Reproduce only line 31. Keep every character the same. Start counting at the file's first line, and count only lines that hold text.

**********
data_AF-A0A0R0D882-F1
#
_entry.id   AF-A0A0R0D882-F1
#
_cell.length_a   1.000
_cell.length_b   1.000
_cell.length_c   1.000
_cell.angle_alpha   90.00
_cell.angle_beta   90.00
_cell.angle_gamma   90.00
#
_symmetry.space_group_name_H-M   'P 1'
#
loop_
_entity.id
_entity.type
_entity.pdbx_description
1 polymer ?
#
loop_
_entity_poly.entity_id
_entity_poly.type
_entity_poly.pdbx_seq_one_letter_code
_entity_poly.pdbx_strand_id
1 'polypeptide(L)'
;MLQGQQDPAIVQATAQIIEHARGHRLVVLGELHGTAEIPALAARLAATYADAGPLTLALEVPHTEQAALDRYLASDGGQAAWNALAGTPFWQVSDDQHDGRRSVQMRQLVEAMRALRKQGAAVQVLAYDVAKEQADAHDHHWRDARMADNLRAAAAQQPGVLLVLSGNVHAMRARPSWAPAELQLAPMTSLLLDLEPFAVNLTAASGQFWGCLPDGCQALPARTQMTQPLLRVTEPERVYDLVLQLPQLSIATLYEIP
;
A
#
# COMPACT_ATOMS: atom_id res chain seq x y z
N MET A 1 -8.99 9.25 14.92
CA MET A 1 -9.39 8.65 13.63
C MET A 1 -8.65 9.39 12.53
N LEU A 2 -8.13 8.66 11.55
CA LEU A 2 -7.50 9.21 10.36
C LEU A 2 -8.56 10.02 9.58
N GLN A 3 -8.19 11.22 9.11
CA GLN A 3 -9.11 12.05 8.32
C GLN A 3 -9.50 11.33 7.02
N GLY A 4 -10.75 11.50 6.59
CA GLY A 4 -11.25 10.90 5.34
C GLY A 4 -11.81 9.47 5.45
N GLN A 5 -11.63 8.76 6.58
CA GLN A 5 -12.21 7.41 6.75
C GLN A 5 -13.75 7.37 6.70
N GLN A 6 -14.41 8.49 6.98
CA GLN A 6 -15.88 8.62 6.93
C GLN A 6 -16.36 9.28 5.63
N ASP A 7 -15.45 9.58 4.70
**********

N MET A 1 -8.99 9.25 14.92